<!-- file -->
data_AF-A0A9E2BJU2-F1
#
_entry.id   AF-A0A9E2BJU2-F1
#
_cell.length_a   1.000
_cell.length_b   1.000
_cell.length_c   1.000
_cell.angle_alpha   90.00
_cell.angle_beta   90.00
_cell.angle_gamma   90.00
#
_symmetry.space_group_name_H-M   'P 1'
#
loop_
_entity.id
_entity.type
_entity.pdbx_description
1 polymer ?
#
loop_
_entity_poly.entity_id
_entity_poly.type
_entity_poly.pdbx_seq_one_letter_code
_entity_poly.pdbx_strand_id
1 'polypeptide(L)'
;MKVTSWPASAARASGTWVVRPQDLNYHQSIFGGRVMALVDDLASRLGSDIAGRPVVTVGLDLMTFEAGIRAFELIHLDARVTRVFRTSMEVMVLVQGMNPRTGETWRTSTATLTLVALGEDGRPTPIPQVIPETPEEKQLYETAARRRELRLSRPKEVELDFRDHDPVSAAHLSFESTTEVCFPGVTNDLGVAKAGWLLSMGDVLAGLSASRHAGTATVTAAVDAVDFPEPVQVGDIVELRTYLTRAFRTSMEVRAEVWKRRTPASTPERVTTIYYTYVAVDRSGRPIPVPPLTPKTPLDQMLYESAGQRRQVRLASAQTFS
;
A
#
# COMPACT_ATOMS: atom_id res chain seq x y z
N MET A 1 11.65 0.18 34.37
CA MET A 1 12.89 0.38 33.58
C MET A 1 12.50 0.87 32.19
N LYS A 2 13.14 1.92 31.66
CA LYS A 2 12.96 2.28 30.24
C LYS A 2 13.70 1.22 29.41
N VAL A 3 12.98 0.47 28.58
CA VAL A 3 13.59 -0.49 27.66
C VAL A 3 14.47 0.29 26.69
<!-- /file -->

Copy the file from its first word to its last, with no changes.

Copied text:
data_AF-A0A9E2BJU2-F1
#
_entry.id   AF-A0A9E2BJU2-F1
#
_cell.length_a   1.000
_cell.length_b   1.000
_cell.length_c   1.000
_cell.angle_alpha   90.00
_cell.angle_beta   90.00
_cell.angle_gamma   90.00
#
_symmetry.space_group_name_H-M   'P 1'
#
loop_
_entity.id
_entity.type
_entity.pdbx_description
1 polymer ?
#
loop_
_entity_poly.entity_id
_entity_poly.type
_entity_poly.pdbx_seq_one_letter_code
_entity_poly.pdbx_strand_id
1 'polypeptide(L)'
;MKVTSWPASAARASGTWVVRPQDLNYHQSIFGGRVMALVDDLASRLGSDIAGRPVVTVGLDLMTFEAGIRAFELIHLDARVTRVFRTSMEVMVLVQGMNPRTGETWRTSTATLTLVALGEDGRPTPIPQVIPETPEEKQLYETAARRRELRLSRPKEVELDFRDHDPVSAAHLSFESTTEVCFPGVTNDLGVAKAGWLLSMGDVLAGLSASRHAGTATVTAAVDAVDFPEPVQVGDIVELRTYLTRAFRTSMEVRAEVWKRRTPASTPERVTTIYYTYVAVDRSGRPIPVPPLTPKTPLDQMLYESAGQRRQVRLASAQTFS
;
A
#
# COMPACT_ATOMS: atom_id res chain seq x y z
N MET A 1 11.65 0.18 34.37
CA MET A 1 12.89 0.38 33.58
C MET A 1 12.50 0.87 32.19
N LYS A 2 13.14 1.92 31.66
CA LYS A 2 12.96 2.28 30.24
C LYS A 2 13.70 1.22 29.41
N VAL A 3 12.98 0.47 28.58
CA VAL A 3 13.59 -0.49 27.66
C VAL A 3 14.47 0.29 26.69